Dibbeen Forest Reserve

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Dibbeen Forest Reserve
Dibeen Forest Reserve.jpg
The entrance to Dibbeen Forest Reserve
Map showing the location of Dibbeen Forest Reserve
Map showing the location of Dibbeen Forest Reserve
Map of Jordan
Location jerash Governorate, Jordan
Nearest city Jerash
Coordinates 32°14′30″N 35°48′25″E / 32.2417°N 35.807°E / 32.2417; 35.807[1]Coordinates: 32°14′30″N 35°48′25″E / 32.2417°N 35.807°E / 32.2417; 35.807[1]
Area 8.5 square kilometres (3.3 sq mi)
Established 2004
Governing body Royal Society for the Conservation of Nature

Dibbeen Forest Reserve is a nature reserve located in the north-west of Jordan. It is situated just south of the Roman site of Jerash[2] and covers an area of 8.5 square kilometres (3.3 sq mi)[3] of rolling hills covered with pineoak habitat. This area houses the largest Aleppo Pines one of the oldest and naturally grown habitats in Jordan. It also is the home to 17 endangered species such as the Persian Squirrel.

The area was protected as a nature reserve in 2004 under the initiative of the Royal Society for the Conservation of Nature.[3]

Geology and climate[edit]

The forest is known as the driest places in the region and ranges over 60 km and is changing in altitude of 500m to 1000m above sea level. The rock within the reserve is a mixture of limestone and chalky limestone, which has been formed into steep slopes.[3] The average rainfall is 710 millimetres (28 in) per year.[3] Within the forest, there is a variety of moisture conditions, with wadis giving different regimes from those found on the steep slopes.

The Royal Society for the Conservation of Nature (RSCN)[edit]

The Royal Society for the Conservation of Nature (RSCN) is a voluntary organization that works to preserve the natural resources of Jordan. It was established in 1966 under the patronage of Queen Noorr and the late King Hussein as Honorary President.

In 1966 their main focus was the decline in animal species due to illegal hunting in the area and the disregard to nature in Jordan. The small group of pioneers worked side by side with the government to make sure that wildlife was kept safe by creating ground rules and hunting laws. As a result, in 1973, the RSCN was given the right to issue hunting licenses and develop hunting patrols to regulate hunting laws in Jordan.[4] Their work flourished and by 1995 they were the first to establish the first Jordanian Environmental Protection Law[5] and an Environmental Police Unit in 2006.

Throughout the years the RSNC has dutifully protected six areas around Jordan (1200 square meters). These areas include Shaumari, Azraq, Dana, Wadi Mujib, Ajloun, and Dibbeen.

On May 17, 2016, The Jordan Times wrote an article on the RSCN's celebration of its golden jubilee.[6]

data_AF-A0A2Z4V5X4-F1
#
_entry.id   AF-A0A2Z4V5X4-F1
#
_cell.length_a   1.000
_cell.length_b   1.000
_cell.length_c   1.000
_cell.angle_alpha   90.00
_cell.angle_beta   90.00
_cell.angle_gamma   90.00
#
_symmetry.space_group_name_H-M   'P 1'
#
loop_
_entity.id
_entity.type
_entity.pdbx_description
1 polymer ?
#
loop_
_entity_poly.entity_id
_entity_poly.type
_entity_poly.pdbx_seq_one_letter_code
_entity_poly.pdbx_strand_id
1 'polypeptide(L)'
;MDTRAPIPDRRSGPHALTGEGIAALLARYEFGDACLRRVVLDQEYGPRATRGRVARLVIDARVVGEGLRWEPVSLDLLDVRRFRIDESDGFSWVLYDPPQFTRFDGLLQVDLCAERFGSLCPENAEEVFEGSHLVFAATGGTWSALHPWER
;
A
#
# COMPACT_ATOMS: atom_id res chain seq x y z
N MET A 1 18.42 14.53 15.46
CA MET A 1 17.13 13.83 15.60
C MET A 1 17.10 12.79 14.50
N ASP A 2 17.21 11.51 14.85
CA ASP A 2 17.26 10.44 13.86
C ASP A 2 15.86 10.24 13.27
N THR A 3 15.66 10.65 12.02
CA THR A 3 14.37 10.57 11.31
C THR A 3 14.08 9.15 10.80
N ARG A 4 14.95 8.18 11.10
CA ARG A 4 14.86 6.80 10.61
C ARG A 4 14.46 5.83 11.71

Flora[edit]

Dibeen Trees.jpg

The forest reserve contains one of the last remaining examples of a pine–oak forest in the Middle East. The species of the reserve's trees vary with elevation; Aleppo Pines inhabit the lower altitudes, the mixed pine–oak woodland (comprising Aleppo Pine and Palestine Oak) grows in the middle, and a species of small deciduous oak – Quercus infectoria (the Aleppo, or Cyprus, Oak) – grows at the higher altitudes.[3] Other flora in the habitat include orchids, Greek strawberry trees, pistachio, and olive trees. The forest's age structure shows wide variation, with many areas containing mature forest trees and a vigorous understory.

Fauna[edit]

At least 17 endangered species have been identified within the reserve. These include the Persian red squirrel, four bat types,[2] grey wolves and striped hyenas. Woodland birds also live in the forest.[2] It is also believed but not proven, that this reserve has the last population of Southern Banded Newts living in Jordan

Conservation[edit]

Dibbeen Forest Reserve was established in 2004 after being listed as a conservation priority in the 1998 protected areas review and the 8.5 km2 area became part of the protected area.[3]

Between 2004 and 2007, UNDP led a project in the Dibeen Forest, Jerash, Al Meirad and Burma municipalities of the region to support the establishment of the nature reserve. This helped to conserve the unique local biodiversity and encouraged the local communities to make sustainable alternative uses of the available resources. As a result, there was increased awareness of the local capacity-building and need for the conservation-oriented land use planning in the region.[7]

Despite efforts to protect the forest, it is gradually and systematically being destroyed by the establishment of modern cement projects, intentional fires, over grazing and illegal sporadic logging.[citation needed]

See also[edit]

References[edit]

  1. ^ "Dibeen Forest Reserve". protectedplanet.net. 
  2. ^ a b c Jordan Eco & Nature. Jordan Tourism Board, 2006. 
  3. ^ a b c d e f "Dibeen Forest Reserve". Jordan Society for the Conservation of Nature. Retrieved 2008-06-25. 
  4. ^ "The Full Story | RSCN". www.rscn.org.jo. Retrieved 2017-01-31. 
  5. ^ "Environmental Protection Law No. 52 of 2006". www.moenv.gov.jo. Retrieved 2017-01-31. 
  6. ^ "RSCN celebrates golden jubilee, releases annual report". Jordan Times. 2016-05-17. Retrieved 2017-01-31. 
  7. ^ UNDP (2003) Conservation and Sustainable Use of Biodiversity in Dibeen Nature Reserve. Jordan.

External links[edit]